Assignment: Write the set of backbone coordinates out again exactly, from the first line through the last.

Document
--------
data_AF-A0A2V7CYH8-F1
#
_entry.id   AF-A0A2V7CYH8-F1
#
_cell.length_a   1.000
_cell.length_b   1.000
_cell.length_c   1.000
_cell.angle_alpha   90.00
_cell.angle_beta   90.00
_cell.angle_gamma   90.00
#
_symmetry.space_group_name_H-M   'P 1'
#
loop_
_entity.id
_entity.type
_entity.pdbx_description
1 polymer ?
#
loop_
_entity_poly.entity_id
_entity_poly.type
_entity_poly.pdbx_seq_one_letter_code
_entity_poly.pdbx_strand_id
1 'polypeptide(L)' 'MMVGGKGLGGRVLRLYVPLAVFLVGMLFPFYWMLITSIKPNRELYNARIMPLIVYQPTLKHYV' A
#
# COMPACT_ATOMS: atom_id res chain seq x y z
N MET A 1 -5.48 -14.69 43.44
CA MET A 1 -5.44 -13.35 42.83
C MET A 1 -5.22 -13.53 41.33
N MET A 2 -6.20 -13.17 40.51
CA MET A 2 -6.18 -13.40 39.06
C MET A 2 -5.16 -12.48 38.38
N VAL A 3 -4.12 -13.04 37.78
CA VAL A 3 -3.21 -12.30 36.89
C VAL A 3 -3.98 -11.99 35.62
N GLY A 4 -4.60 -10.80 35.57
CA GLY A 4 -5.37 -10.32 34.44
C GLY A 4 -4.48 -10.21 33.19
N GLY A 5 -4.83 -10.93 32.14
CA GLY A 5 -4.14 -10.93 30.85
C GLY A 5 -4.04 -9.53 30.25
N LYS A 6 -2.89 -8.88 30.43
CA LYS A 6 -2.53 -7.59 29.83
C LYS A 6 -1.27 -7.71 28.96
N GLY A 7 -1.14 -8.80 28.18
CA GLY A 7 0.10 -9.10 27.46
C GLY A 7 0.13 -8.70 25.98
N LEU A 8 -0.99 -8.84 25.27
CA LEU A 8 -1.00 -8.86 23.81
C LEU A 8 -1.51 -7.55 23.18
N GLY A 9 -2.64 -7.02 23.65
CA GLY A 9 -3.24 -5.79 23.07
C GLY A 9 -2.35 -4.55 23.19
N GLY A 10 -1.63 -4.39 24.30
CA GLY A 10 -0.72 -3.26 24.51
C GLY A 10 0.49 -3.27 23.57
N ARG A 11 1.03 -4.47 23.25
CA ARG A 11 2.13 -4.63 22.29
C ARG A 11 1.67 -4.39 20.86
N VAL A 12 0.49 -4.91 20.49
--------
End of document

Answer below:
data_AF-A0A2V7CYH8-F1
#
_entry.id   AF-A0A2V7CYH8-F1
#
_cell.length_a   1.000
_cell.length_b   1.000
_cell.length_c   1.000
_cell.angle_alpha   90.00
_cell.angle_beta   90.00
_cell.angle_gamma   90.00
#
_symmetry.space_group_name_H-M   'P 1'
#
loop_
_entity.id
_entity.type
_entity.pdbx_description
1 polymer ?
#
loop_
_entity_poly.entity_id
_entity_poly.type
_entity_poly.pdbx_seq_one_letter_code
_entity_poly.pdbx_strand_id
1 'polypeptide(L)' 'MMVGGKGLGGRVLRLYVPLAVFLVGMLFPFYWMLITSIKPNRELYNARIMPLIVYQPTLKHYV' A
#
# COMPACT_ATOMS: atom_id res chain seq x y z
N MET A 1 -5.48 -14.69 43.44
CA MET A 1 -5.44 -13.35 42.83
C MET A 1 -5.22 -13.53 41.33
N MET A 2 -6.20 -13.17 40.51
CA MET A 2 -6.18 -13.40 39.06
C MET A 2 -5.16 -12.48 38.38
N VAL A 3 -4.12 -13.04 37.78
CA VAL A 3 -3.21 -12.30 36.89
C VAL A 3 -3.98 -11.99 35.62
N GLY A 4 -4.60 -10.80 35.57
CA GLY A 4 -5.37 -10.32 34.44
C GLY A 4 -4.48 -10.21 33.19
N GLY A 5 -4.83 -10.93 32.14
CA GLY A 5 -4.14 -10.93 30.85
C GLY A 5 -4.04 -9.53 30.25
N LYS A 6 -2.89 -8.88 30.43
CA LYS A 6 -2.53 -7.59 29.83
C LYS A 6 -1.27 -7.71 28.96
N GLY A 7 -1.14 -8.80 28.18
CA GLY A 7 0.10 -9.10 27.46
C GLY A 7 0.13 -8.70 25.98
N LEU A 8 -0.99 -8.84 25.27
CA LEU A 8 -1.00 -8.86 23.81
C LEU A 8 -1.51 -7.55 23.18
N GLY A 9 -2.64 -7.02 23.65
CA GLY A 9 -3.24 -5.79 23.07
C GLY A 9 -2.35 -4.55 23.19
N GLY A 10 -1.63 -4.39 24.30
CA GLY A 10 -0.72 -3.26 24.51
C GLY A 10 0.49 -3.27 23.57
N ARG A 11 1.03 -4.47 23.25
CA ARG A 11 2.13 -4.63 22.29
C ARG A 11 1.67 -4.39 20.86
N VAL A 12 0.49 -4.91 20.49